IN THE HIGH COURT OF JUDICATURE AT BOMBAY ORDINARY ORIGINAL CIVIL JURISDICTION
WRIT PETITION NO.2131 OF 2003
1.M/s.Kamat Printers Pvt. Ltd. )
Plot No.6/7, T.T.C. Indl. Area )
Pawane Village, New Mumbai. )
2.Shri Pratap M. Kamat, )
Director of M/s.Kamat Printers )
Pvt. Ltd., residing at Trimurthi )
Golf View Park, A.S. Marg, )
Chembur, Mumbai-400 071. )..Petitioner Vs.
1.Union of India through )
the Senior Central Govt. )
Advocates Govt. of India, )
Ministry of Law Justice & C.A., )
Department of Legal Affairs, 2nd )
Floor, Ayakar Bhavan, Annexe, )
New Marine Line, Mumbai-400 020. )
2.Settlement Commission, Customs )
& Central Excise, Addl. Bench, )
6th Floor, Utpad Shulk Bhavan, )
Bandra-Kurla Complex, Bandra (E) )
3.The Commissioner of Customs ) (Import) New Custom House, )
Ballard Estate, Mumbai-400 038. )..RESPONDENTS Ms.Kiran Doiphode with Mr. V.M. Doiphone i/b.V.M. Doiphode & Co., for the Petitioners.
Mr. P.S. Jetly with Mr. H.V. Mehta and Mr. R.B. Pardeshi for the respondent Nos. 1 to 3.
CORAM : F.I. REBELLO &
D.G. KARNIK, JJ.
DATED : AUGUST 12, 2009
ORAL JUDGMENT (PER FERDINO I. REBELLO, J.)
1. The petitioners are aggrieved by the action of the Settlement Commission directing payment of interest. The submission on behalf of the petitioners has been that no show cause notice as required under Section 28 of the Customs Act, 1962 (hereinafter referred to as the Act) was served on the petitioners. The show cause notice dated 16th June, 2000 only 3
demanded duty and not interest. It is submitted that considering the provisions of Section 127C of the Customs Act, 1962 as the issue of interest was not the subject of the case, the Settlement Commission in directing the petitioners herein to pay interest acted without jurisdiction.
2. A few facts may be stated. The petitioner had imported one Heidelberg Offset Colour printing machine from Germany. The same was purchased through a known person by name Mr. Rajeev Batra of Delhi, who was also in the printing business and deals in purchase and sale of printing machines. According to the petitioner No.2 an amount of Rs.3,80,000/- was paid to Shri Rajeev Batra as his commission for arranging purchase and shipment of 72 V speed master printing machine with CPC of 1980 Model available for GBP 55,000. The petitioners were given the certificate dated 29th March, 1999 from M/s.Machinehandel Presto Type Ronde Tooht, 2, Zhandam stating that machine of 1978 sold to them was in good working condition and that the market value of new machine of manufacture in the year 1978 is of Pounds 1,35,000/- and the present value of Pounds 55,000/- is very reasonable. The 4
machine was thereafter shipped and received by the petitioner and installed on the petitioners' unit in the 2nd week of June, 1999.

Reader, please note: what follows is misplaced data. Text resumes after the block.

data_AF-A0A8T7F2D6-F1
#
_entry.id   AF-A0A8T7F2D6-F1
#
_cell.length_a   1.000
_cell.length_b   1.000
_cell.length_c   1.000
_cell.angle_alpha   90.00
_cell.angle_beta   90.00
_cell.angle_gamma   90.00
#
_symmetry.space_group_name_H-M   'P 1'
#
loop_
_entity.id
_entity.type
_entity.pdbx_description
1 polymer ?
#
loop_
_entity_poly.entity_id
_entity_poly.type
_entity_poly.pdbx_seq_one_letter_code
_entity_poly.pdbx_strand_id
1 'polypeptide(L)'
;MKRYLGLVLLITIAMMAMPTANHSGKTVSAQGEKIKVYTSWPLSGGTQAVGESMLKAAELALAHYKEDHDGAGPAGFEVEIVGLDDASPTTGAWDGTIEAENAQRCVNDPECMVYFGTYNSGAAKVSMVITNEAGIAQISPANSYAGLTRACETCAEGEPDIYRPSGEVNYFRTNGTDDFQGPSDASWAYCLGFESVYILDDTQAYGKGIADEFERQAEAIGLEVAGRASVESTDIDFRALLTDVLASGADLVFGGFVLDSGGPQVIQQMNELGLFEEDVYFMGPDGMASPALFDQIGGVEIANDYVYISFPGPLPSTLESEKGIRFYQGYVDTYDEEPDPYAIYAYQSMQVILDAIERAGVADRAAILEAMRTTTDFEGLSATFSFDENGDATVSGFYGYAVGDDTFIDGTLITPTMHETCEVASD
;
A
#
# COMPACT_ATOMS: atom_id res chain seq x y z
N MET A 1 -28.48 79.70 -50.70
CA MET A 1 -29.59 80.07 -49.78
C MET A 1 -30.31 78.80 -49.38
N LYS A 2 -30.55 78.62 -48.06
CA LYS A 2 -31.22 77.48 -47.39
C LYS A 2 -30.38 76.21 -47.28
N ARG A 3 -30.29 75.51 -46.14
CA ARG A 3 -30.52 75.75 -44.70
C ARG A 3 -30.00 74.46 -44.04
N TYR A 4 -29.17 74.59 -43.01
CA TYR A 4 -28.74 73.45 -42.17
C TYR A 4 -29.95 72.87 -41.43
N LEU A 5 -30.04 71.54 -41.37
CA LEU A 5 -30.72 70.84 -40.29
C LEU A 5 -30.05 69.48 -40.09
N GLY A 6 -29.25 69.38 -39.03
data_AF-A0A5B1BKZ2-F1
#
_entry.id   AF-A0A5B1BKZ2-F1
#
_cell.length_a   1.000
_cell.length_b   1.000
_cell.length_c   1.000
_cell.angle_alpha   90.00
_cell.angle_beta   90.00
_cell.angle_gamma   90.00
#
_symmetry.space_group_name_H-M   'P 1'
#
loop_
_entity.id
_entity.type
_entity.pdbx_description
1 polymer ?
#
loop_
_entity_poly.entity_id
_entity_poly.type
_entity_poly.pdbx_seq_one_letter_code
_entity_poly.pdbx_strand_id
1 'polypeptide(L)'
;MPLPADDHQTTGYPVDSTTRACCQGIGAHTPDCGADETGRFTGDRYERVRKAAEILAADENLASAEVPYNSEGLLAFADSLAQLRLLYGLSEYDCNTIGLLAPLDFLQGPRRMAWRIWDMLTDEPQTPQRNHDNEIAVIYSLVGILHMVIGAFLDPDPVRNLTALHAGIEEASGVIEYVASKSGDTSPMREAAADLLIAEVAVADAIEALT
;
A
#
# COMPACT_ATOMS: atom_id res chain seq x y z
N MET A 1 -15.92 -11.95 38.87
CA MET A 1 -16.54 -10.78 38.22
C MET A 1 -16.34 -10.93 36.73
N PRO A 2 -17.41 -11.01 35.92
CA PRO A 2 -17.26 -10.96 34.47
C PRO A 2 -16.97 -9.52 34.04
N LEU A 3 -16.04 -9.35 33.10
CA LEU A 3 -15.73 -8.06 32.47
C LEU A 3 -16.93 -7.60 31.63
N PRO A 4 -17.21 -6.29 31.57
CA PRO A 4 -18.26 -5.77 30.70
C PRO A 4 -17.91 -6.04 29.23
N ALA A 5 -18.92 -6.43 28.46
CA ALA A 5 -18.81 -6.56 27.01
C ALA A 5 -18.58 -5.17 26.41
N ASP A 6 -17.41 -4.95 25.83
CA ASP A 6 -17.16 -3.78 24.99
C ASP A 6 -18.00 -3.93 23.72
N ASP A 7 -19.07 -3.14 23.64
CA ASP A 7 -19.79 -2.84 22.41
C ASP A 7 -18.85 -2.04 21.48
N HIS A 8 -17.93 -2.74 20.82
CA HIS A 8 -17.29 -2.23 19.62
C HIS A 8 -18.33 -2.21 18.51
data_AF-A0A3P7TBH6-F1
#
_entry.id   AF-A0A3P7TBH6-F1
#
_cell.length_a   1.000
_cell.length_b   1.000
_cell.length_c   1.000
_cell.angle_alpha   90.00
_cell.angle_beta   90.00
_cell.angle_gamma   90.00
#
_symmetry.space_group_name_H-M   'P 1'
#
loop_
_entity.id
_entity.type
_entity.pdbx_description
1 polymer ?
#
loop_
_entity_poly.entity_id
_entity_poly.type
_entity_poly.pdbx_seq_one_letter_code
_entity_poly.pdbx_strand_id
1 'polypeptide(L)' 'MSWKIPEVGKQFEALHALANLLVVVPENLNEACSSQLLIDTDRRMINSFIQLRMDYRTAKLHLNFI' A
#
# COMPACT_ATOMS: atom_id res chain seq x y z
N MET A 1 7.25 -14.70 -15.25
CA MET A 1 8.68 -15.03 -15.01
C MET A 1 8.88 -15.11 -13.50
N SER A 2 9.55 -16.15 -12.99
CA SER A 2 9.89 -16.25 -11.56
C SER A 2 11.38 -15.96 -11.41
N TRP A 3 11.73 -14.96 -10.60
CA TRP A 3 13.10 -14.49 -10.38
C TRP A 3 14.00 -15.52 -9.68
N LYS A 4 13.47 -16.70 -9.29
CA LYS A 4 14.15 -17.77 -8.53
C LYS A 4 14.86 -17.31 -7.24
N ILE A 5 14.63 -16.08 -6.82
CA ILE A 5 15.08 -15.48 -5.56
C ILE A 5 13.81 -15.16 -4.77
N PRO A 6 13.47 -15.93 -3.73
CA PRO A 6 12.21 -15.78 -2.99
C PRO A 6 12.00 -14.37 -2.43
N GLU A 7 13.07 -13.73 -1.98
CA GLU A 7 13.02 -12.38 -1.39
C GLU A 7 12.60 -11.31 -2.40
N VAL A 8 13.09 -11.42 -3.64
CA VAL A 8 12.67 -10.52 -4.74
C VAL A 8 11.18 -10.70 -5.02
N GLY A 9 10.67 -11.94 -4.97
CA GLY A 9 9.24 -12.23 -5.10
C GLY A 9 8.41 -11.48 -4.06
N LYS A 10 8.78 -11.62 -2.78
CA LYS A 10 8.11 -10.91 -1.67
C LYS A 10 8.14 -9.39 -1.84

3. The respondents issued a show cause notice based on intelligence that the petitioners had imported and cleared an old and used offset colour printing machine in contravention of the restriction imposed on the import of old and used machines. The petitioners by the show cause notice were informed as to why the value set out in the Bill of Entry should not be rejected and the value re-determined as Rs.83,86,611/- under the provisions of Rule 8 of the Valuation Rule, 1988 read with Section 14(1) of the Customs Act, 1961. Penalty was also proposed.
4. On issuance of the show cause notice, the petitioner moved an application before the Settlement Commission under Section 127B of the Act indicating admitted duty liability arising out of the case. The Commission allowed the application to be proceeded with under sub-section (1) of Section 127C of the Customs Act vide its order dated 17th May, 2001 with a direction that the petitioner to pay the admitted duty 5
liability of Rs.3,39,058/- within 30 days. That amount was paid. After hearing the petitioner and the Respondents the Settlement Commission passed the final order settling duty in an amount of Rs.36,34,713/-. As the petitioners had already paid Rs.24,07,778/- the petitioners were directed to pay the balance amount of Rs.12,26,935/- within 30 days on receipt of the order to the jurisdictional Commissioner and intimate the same to the Commission. The petitioners were also directed to pay simple interest at the rate of 10% on the duty amount namely Rs.15,65,993/- i.e. Duty amount settled at Rs.36,34,713/- minus duty of Rs.20,68,720/- paid at the time of import from the date of clearance of the imported goods till the date of actual payments of that sum and pay the same within thirty days of receipt of the order. The petitioners approached this Court to challenge the levying of interest. An interim stay was granted in so far as recovery of interest is concerned.
5. A reply has been filed on behalf of the respondents by K.A. Shaikh, Assistant Director, DRI, Mumbai Zonal Unit and it is set out as under:- 6